Jesus does not mean making peace by helping other enemies make peace with each other.  Peacemakers are not peace negotiators. That’s good too, but not what Jesus speaks about. Rather, peacemakers are those who have their own offended brother or sister, or their own enemies, and the treat their own enemies peacefully, they reconcile with their own enemies.

This again builds on the earlier blessings. We offended God, and yet he gave us the kingdom. He came peacefully to us. God came to us while we were enemies, and he reconciled with us. So we are merciful to those who wrong us, we are meek when there are wicked people around, and we treat our own enemies courteously and kindly, and in that way make peace.

Good news from God for the peacemakers, you will be called children of God.

Good news for you who are persecuted because of righteousness, yours is the kingdom of heaven.

The kingdom of God that Jesus brings is God’s new nation, God’s domain. When we become citizens of God’s new nation, we sometimes clash with the world we live in. It is hard to believe that following the Sermon on the Mount could get us in trouble, but in fact it can.

We don’t have persecution in the way that other countries of the world have it. We do have it though. In Canadian society, to be a whole-hearted servant of the God of the Bible, to love and trust that God with all our might, and call Jesus our Lord, is at least foolish and mistaken. In some cases it makes you a threat to peaceful society, dangerous to the good of society.

In the ninth beatitude, which we’re not looking at, Jesus calls insults a part of persecution, and that can certainly happen to those who are determined to follow Jesus.

Employment can get disciples in trouble, too. Sometimes at different jobs, people need to lie, or steal, or cheat in some way. I have heard enough stories like this over the years from believers in respectable Canadian jobs. Competitive sports can also go against the beatitudes.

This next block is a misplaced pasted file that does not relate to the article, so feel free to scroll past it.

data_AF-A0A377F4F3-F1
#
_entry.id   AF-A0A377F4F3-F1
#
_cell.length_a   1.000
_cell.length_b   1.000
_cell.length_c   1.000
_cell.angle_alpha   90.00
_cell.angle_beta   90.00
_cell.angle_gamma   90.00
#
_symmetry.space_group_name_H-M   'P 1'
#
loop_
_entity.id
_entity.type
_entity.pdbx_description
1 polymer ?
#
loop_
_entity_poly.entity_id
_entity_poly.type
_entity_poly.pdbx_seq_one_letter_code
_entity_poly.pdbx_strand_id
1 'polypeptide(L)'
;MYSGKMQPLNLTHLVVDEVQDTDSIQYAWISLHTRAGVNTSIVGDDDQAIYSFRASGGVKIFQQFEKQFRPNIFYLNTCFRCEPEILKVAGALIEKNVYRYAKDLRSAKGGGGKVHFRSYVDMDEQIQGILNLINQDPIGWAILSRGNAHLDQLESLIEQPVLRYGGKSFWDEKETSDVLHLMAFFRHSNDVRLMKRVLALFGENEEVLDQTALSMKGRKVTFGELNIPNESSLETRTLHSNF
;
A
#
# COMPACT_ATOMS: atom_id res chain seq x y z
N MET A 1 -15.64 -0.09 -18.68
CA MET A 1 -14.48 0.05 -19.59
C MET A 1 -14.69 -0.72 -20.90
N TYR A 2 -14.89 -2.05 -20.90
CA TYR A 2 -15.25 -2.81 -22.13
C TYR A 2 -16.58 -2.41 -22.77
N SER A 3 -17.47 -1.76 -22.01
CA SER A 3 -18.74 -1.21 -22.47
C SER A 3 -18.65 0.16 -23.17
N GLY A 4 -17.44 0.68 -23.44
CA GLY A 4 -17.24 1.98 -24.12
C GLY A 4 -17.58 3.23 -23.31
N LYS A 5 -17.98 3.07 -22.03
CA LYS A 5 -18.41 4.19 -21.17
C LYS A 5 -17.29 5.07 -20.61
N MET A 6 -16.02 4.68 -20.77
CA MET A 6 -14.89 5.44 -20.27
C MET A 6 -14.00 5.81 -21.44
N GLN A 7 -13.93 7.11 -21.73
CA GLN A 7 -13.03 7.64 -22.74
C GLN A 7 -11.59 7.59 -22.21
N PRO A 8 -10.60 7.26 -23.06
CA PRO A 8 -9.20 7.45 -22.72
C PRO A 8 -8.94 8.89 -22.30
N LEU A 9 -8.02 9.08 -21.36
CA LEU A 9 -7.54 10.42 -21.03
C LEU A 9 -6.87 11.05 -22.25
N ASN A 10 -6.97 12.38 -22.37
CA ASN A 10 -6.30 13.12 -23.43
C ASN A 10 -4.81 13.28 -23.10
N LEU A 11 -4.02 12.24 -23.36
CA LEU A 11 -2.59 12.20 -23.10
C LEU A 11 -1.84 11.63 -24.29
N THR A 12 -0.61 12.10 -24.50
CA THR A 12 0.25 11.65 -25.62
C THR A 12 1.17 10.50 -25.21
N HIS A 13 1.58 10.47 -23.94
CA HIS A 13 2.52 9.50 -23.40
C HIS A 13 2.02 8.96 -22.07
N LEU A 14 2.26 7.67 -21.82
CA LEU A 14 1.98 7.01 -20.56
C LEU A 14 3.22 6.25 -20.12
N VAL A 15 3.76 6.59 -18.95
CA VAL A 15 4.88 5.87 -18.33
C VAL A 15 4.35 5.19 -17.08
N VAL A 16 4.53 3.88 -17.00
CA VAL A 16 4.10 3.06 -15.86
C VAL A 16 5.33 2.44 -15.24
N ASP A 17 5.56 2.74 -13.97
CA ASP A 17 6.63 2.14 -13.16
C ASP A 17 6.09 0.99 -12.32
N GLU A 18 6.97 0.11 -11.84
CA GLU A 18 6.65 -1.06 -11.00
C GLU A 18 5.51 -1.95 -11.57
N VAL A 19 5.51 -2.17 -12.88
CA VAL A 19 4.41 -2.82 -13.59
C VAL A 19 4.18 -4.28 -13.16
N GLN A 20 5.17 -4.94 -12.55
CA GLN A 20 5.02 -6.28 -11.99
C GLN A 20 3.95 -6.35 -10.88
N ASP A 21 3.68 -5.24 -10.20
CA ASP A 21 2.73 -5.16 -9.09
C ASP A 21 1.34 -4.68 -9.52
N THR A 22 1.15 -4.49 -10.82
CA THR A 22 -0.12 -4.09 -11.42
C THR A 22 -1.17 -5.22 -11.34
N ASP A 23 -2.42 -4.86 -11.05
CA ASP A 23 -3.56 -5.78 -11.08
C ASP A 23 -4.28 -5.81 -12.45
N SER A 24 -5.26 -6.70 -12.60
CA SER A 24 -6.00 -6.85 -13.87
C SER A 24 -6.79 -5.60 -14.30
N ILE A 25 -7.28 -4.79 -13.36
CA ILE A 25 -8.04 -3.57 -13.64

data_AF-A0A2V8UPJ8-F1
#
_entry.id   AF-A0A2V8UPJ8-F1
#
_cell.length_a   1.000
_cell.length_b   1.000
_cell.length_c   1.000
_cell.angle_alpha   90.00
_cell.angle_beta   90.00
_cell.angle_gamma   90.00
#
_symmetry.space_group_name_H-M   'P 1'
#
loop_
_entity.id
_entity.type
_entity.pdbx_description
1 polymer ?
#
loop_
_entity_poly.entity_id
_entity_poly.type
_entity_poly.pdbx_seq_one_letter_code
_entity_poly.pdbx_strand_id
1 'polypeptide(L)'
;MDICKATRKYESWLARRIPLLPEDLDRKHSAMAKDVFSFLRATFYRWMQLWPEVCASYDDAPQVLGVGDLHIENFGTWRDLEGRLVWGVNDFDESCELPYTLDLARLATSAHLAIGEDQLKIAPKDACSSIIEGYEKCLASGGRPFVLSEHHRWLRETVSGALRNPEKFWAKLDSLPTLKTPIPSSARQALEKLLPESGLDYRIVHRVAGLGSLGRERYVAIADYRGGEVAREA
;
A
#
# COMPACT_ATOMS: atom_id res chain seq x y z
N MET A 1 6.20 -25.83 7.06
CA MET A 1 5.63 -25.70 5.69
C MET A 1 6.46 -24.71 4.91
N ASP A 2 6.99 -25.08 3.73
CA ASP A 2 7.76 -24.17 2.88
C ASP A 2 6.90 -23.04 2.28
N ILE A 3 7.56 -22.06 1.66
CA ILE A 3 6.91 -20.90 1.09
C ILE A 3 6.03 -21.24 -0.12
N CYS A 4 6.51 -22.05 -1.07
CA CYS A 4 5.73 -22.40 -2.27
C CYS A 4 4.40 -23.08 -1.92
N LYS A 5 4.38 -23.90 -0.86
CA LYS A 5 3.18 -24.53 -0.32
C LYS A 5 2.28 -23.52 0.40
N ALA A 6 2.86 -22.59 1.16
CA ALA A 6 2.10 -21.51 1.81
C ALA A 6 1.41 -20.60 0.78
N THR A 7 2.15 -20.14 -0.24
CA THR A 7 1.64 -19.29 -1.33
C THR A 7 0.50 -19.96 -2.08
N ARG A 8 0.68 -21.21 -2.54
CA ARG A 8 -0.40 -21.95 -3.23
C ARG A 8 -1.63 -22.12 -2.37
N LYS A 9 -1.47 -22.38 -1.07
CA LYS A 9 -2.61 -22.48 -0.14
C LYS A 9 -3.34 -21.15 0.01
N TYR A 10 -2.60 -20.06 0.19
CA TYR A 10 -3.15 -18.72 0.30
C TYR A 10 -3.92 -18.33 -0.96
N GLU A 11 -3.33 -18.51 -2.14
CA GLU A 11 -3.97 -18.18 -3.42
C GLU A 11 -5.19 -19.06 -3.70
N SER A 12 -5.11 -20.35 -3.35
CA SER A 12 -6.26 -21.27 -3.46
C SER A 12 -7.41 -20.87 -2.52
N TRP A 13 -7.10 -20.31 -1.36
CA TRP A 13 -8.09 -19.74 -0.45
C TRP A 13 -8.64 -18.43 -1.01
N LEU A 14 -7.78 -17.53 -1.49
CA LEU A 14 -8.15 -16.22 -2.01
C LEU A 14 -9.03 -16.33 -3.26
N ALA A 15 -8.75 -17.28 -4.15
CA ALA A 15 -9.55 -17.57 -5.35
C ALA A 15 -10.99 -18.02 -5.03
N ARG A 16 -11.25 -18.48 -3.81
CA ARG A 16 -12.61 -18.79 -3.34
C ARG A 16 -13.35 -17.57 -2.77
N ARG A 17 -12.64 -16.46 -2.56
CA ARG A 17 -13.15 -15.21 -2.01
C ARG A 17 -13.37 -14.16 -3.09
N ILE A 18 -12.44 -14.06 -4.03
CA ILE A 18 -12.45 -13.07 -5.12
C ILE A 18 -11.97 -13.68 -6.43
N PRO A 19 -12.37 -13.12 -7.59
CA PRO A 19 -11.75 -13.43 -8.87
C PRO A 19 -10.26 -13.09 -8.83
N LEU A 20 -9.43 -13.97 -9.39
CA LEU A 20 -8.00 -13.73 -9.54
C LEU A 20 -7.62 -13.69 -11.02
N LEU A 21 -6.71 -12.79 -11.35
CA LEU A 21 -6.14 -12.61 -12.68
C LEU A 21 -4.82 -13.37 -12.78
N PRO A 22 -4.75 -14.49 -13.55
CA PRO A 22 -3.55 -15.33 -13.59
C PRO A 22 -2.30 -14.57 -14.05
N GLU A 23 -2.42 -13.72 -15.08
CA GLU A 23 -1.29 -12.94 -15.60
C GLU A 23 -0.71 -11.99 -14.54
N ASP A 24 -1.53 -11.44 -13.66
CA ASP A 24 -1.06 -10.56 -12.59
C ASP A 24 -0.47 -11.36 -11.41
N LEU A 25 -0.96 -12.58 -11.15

So, taking all these blessings as describing the true child of the kingdom, this last one means that we want God enough to follow these even when it gets us in trouble. It means that we believe that Jesus is the Promised Announcer of the kingdom, and we leave all to follow him.

These beatitudes all together show what kind of people inherit the kingdom, and what we’ve said “yes” to when we decided to follow Jesus. 

And to the crowds behind the disciples, who were listening, it was an open invitation to believe that Jesus really was bringing God’s rescue to troubled desperate people, and for them to join him. They also are invited to be poor in spirit, and merciful.  He still says “Follow me.”

Summary: one person, the whole Sermon, the good news

1, Take all the beatitudes to describe the same person. Jesus invites us to be a beatitude person. And take all the blessings to mean “yours is the kingdom.”

All the blessings are just different sides to entering the kingdom, being saved, inheriting eternal life. The beatitudes all describe a follower of Christ receiving the good news, the one central kindness from God – we receive the kingdom of God.